Foregone conclusion

This is my column today.

Many among us try to project this impression that we continue to have an open mind as to whether or not the Chief Justice of the Supreme Court is guilty of the crimes for which he has been impeached by the House of Representatives and being tried by the Senate.
There are those who go through the motions of following the proceedings of the impeachment trial purportedly for the purpose of discerning for themselves the real value of the tons of evidence presented thus far, or conversely, ascertaining the real merits of the spirited arguments of the defense panel.

There continue to be many who pretend that they have not made up their minds yet about the guilt or innocence of the Chief Justice—and I am not necessarily talking about Senators Frank Drilon, Francis Pangilinan, or Ralph Recto.

Let us get real, people. Most of us who give a flying fig about the issue have already made up our minds a long time ago. And many of us made the decision based on party affiliation, our degree of affection or dislike for the main protagonists, and other subjective considerations.

The only people who haven’t made up their minds yet are those who just don’t care one way or the other. These are the people who cannot and do not see how the impeachment of the chief magistrate will affect their lives or improve their lot, those who tend to see the whole thing as a very costly exercise with dubious practical value, or those who are disenchanted with the way the stink of politics tend to dirty everything else in this country.

Please spare me the lecture about how the impeachment process is the bedrock of democracy and how everyone should be presumed innocent unless proven guilty or at least allowed to defend himself against his accusers.

Please stop telling me that the whole process is designed to ensure fairness and to usher out justice. We all know that the impeachment trial is not about fairness or justice regardless of the number of times these words are invoked like an all-encompassing mantra by the senator-judges and the members of the prosecution and defense panels.

Impeachment is a political exercise. And sadly, the level of political maturity in this country is not something we can crow about. We’re still electing clowns and their wives to public office. We’re still relying on sheer charisma and political machinery to propel people into office. We’re still mistaking looks, eloquence and pedigree for competence. And worse, we still continue to strengthen political patronage and use political largesse to buy affections, affiliations, and yes, votes.

The prosecution panel wants to convey the impression that it wants to try the Chief Justice based on the rules of impeachment. What balderdash! Any person with eyes, ears, and half a functioning brain can see what the prosecution is up to. It just wants to overwhelm everyone with accusations. It is not interested in building a tight case—it wants to instigate a mob and force a decision based on outrage and emotions.

The defense wants to convey the impression that it is scoring points during the impeachment hearing because its lawyers are able to outwit, out-argue, out-maneuver the prosecution. They can score points inside the hall, but I doubt very much if they can claim that they are winning the public relations battle.

The bright boys at Malacañan Palace has been trying to pretend that they are leaving Chief Justice Renato Corona’s fate up to the senator justices. What hogwash! The government has marshaled the resources of the whole bureaucracy in support of the impeachment. Is there anyone in this country who believes the Bureau of Internal Revenue came up with the kind of information they were able to present to the impeachment court in a matter of days with just one person working on it?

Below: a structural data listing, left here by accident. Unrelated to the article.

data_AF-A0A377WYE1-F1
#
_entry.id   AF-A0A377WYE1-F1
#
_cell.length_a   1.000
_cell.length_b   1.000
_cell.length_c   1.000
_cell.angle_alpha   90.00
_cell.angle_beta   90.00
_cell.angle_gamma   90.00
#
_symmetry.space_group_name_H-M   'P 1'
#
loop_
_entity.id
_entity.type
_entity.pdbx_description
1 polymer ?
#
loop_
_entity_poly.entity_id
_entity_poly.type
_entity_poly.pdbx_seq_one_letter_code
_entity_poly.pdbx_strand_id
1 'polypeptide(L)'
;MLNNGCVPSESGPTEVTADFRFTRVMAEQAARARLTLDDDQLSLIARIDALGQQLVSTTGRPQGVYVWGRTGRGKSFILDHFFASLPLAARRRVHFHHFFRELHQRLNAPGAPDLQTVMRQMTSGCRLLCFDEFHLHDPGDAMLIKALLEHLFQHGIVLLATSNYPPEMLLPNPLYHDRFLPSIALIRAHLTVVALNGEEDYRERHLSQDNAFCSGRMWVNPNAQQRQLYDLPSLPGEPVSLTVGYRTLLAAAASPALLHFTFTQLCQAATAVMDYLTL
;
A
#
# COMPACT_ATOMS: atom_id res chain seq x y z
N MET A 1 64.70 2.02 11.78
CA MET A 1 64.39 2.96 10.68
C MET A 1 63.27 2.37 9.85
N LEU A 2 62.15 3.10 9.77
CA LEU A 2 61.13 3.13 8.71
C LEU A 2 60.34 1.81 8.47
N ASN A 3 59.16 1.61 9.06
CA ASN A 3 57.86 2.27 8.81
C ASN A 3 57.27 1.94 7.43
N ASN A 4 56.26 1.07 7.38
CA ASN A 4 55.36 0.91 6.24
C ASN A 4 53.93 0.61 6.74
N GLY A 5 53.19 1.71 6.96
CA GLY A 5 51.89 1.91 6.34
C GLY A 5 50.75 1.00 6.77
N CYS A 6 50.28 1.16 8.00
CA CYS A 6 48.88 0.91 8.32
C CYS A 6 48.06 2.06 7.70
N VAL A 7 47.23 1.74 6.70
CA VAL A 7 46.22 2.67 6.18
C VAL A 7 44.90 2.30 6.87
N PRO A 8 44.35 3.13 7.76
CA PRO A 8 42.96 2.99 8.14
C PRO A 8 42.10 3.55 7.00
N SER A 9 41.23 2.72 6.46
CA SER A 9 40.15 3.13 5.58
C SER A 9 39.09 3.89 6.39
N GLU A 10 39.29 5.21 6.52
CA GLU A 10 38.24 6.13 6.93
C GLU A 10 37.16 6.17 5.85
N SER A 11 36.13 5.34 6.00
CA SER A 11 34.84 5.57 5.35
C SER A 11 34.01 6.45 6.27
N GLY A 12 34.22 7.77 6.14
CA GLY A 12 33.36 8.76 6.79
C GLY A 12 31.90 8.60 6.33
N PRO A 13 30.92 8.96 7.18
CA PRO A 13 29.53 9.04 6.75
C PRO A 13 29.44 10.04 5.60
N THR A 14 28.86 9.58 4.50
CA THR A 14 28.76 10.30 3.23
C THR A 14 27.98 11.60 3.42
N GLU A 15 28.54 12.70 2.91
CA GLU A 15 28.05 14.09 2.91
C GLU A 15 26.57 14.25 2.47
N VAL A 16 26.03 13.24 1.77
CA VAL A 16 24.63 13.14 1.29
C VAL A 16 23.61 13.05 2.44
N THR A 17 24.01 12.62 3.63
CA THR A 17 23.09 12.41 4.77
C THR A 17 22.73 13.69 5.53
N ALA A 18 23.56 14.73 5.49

And let’s all face it. No less that the President of the Republic of the Philippines has been strongly championing Corona’s impeachment. Benigno Simeon Aquino III has not made secret his overwhelming and consuming passion to oust Corona from the Supreme Court. In fact, if we are to interpret the President’s pronouncements on the issue sans the diplomacy that a head of state is supposed to observe, it would be this: I don’t care what it takes or how you do it, just get that son of a b*tch out of there as soon as possible, preferably right this very minute.

In fairness to some of the senator judges, in particular, Senate President Juan Ponce Enrile, there are efforts to imbue the proceedings with as much integrity and fairness as possible. But then again, we all know how politicians in this country conduct themselves when push comes to shove. Lest we forget, 2013 is an election year and half of the people sitting as senator judges are running for re-election. They cannot afford to waste political capital.

So must of us watch the impeachment trial for our own reasons. There are those who watch it for entertainment, like it’s the biggest and most spectacular soap opera ever produced. And if we come to think about it, the costs associated with this trial are staggering. For example, the legislation has virtually come to a halt with the trial. Lawyers and law students watch it mainly for its educational content, like it’s a law school on air where Justice Serafin Cuevas is professor and people like Niel Tupas are, well, the clueless students.

But seriously guys, who are we kidding? The end result of this impeachment trial is already a foregone conclusion. What we are seeing are valiant efforts to just prove a point or two.


Popular posts from this blog


Farewell, Victor

Open Letter To Our Leaders